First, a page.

"Karl Rove is bad news for the Republican Party."
With those words Donald Trump officially joined the ongoing battle for the heart and soul of the Republican Party by aligning himself as a defender of the tea party and a merciless critic of Karl Rove and his new, controversial initiative known as the "Conservative Victory Project."
Trump's fiery appearance on The Mark Levin Show signaled an escalation in the very public argument that has played out over the past ten days between divergent factions of the GOP.
Trump and Levin hit Rove where it really hurts. First Trump criticized Rove's effectiveness as a campaign strategist by slamming his SuperPAC, American Crossroads' performance in the 2012 election: "Four hundred million dollars was wasted. They do the worst ads I have ever seen, ever."
Levin followed up with what might be the most significant line of attack against Rove: "I would say to the wealthy donors out there, 'Why do you keep donating to him?' why don't you donate to all these groups who are actually grassroots, who are actually fighting and who are actually effective?"
The combination of the influential voice of Mark Levin challenging donors to shut-down the flow of cash to the Rove machine, coupled with Trump (one of those high-profile donors) repeating FIVE TIMES the fact that Rove spent "four hundred million dollars" with no results to show for it could have a brutally devastating effect on the former Bush strategist's balance sheet.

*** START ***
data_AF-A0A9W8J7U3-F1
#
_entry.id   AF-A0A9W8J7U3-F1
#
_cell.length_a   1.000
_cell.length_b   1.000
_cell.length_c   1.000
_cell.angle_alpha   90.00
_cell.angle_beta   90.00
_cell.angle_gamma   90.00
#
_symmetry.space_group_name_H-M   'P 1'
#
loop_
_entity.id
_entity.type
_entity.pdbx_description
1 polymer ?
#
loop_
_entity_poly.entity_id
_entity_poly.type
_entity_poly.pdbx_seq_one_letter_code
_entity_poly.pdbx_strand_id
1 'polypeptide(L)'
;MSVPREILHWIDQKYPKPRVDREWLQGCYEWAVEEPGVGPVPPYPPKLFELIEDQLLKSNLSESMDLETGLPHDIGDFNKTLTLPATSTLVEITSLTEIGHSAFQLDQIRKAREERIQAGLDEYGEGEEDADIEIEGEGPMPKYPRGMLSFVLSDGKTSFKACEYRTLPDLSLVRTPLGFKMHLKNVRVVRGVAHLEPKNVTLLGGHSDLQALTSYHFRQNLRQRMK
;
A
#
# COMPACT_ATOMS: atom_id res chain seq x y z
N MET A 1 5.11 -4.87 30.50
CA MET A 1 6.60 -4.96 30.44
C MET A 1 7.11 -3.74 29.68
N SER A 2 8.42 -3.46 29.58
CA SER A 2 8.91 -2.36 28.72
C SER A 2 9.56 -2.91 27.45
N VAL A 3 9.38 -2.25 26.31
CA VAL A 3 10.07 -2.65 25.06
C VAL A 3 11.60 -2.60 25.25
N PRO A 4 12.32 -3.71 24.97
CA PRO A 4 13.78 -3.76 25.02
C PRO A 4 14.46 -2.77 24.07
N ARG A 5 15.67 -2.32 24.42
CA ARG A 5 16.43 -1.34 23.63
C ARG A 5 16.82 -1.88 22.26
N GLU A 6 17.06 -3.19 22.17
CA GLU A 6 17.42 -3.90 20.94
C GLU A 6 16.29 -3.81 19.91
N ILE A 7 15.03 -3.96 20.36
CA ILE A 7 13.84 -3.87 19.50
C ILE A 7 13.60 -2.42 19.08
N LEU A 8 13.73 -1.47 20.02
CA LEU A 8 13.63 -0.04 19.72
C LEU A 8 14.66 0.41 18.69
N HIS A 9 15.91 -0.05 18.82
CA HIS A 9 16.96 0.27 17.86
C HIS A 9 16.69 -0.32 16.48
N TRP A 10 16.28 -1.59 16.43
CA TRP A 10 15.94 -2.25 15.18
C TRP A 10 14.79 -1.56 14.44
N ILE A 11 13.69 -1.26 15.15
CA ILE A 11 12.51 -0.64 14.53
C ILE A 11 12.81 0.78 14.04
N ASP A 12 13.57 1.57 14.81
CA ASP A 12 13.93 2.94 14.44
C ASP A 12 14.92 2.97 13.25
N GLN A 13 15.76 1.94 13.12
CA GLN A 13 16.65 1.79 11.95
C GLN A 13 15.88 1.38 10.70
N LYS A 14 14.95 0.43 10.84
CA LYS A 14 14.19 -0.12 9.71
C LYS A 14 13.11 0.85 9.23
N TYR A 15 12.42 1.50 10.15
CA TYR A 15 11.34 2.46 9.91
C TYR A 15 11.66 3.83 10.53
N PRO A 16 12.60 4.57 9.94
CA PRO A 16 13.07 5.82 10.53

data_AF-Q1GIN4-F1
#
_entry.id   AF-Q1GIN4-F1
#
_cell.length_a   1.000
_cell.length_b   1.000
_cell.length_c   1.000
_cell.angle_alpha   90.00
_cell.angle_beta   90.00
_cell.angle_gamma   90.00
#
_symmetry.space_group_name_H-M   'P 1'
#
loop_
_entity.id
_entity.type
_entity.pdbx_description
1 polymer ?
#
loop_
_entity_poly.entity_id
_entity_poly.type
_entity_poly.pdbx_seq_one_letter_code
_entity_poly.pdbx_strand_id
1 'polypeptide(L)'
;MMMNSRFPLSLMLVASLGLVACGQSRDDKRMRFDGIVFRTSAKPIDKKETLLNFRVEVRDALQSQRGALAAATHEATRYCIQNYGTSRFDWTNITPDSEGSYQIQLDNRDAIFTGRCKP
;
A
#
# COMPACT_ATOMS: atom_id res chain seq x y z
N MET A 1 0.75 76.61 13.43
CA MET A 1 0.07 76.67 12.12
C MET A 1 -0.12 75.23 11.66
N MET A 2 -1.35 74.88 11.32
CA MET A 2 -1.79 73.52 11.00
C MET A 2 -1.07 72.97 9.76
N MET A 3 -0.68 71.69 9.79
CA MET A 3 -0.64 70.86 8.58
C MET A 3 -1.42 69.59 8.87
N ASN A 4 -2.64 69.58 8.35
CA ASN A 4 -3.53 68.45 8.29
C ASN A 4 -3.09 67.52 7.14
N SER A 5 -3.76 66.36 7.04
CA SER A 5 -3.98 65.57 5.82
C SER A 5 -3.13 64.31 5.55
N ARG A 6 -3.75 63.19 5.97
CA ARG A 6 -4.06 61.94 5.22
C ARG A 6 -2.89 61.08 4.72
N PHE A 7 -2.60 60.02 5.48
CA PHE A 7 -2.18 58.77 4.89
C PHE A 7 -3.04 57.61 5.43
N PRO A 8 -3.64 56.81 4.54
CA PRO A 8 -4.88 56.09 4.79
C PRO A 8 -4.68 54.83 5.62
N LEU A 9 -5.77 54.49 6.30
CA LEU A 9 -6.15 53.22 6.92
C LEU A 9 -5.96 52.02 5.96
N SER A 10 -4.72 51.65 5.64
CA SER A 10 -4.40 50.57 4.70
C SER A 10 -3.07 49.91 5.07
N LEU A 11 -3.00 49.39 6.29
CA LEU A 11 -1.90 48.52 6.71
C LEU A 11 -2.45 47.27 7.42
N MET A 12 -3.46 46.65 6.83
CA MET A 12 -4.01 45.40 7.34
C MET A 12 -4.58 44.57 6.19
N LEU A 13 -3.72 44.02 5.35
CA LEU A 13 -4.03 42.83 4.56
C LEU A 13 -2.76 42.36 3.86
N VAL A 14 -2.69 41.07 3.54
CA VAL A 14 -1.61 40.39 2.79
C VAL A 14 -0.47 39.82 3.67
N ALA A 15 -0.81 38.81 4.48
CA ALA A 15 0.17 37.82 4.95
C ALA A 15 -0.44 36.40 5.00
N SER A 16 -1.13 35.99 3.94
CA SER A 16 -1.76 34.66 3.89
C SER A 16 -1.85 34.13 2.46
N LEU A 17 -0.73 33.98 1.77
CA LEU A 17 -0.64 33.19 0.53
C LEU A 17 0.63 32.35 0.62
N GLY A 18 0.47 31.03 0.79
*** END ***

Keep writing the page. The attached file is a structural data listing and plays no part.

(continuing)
Trump then positioned himself as the defender of the tea party movement: "If the Republicans are going to win, they're going to have to break away from the Karl Rove's of the world and, frankly, get more about you know the tea party... they are great Americans, they love this country, they work so hard, and they have been so mistreated by the liberal press, the liberal media. They have been just so mistreated and made to look so bad."
The continuing battle playing out on cable news, talk radio and on influential websites will surely continue now that Trump has entered the fray. And with stalwart Republican names like Rove and Barbour on one side and Bozell and Schlafly (now joined by Levin and Trump) on the other, this could shape up to get even uglier as the battle wages on.